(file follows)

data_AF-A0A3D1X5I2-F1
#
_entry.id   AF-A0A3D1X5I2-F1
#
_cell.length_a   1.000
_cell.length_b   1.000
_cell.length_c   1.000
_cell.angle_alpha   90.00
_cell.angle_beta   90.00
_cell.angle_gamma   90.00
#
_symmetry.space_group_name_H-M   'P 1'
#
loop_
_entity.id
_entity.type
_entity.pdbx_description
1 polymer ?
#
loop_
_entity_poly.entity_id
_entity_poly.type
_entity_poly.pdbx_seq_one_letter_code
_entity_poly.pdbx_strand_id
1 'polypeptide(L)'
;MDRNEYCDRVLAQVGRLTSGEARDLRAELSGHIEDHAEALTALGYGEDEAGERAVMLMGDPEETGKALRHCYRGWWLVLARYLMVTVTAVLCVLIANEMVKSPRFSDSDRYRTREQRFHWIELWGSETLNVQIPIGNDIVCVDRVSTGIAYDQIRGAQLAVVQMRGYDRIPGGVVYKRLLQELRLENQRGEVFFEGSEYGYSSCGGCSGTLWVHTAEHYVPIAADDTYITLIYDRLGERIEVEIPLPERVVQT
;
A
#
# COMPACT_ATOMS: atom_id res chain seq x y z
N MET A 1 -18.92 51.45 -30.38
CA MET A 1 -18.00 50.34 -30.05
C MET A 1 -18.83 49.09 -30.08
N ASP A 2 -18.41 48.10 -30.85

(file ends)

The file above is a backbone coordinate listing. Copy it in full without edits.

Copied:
data_AF-A0A3D1X5I2-F1
#
_entry.id   AF-A0A3D1X5I2-F1
#
_cell.length_a   1.000
_cell.length_b   1.000
_cell.length_c   1.000
_cell.angle_alpha   90.00
_cell.angle_beta   90.00
_cell.angle_gamma   90.00
#
_symmetry.space_group_name_H-M   'P 1'
#
loop_
_entity.id
_entity.type
_entity.pdbx_description
1 polymer ?
#
loop_
_entity_poly.entity_id
_entity_poly.type
_entity_poly.pdbx_seq_one_letter_code
_entity_poly.pdbx_strand_id
1 'polypeptide(L)'
;MDRNEYCDRVLAQVGRLTSGEARDLRAELSGHIEDHAEALTALGYGEDEAGERAVMLMGDPEETGKALRHCYRGWWLVLARYLMVTVTAVLCVLIANEMVKSPRFSDSDRYRTREQRFHWIELWGSETLNVQIPIGNDIVCVDRVSTGIAYDQIRGAQLAVVQMRGYDRIPGGVVYKRLLQELRLENQRGEVFFEGSEYGYSSCGGCSGTLWVHTAEHYVPIAADDTYITLIYDRLGERIEVEIPLPERVVQT
;
A
#
# COMPACT_ATOMS: atom_id res chain seq x y z
N MET A 1 -18.92 51.45 -30.38
CA MET A 1 -18.00 50.34 -30.05
C MET A 1 -18.83 49.09 -30.08
N ASP A 2 -18.41 48.10 -30.85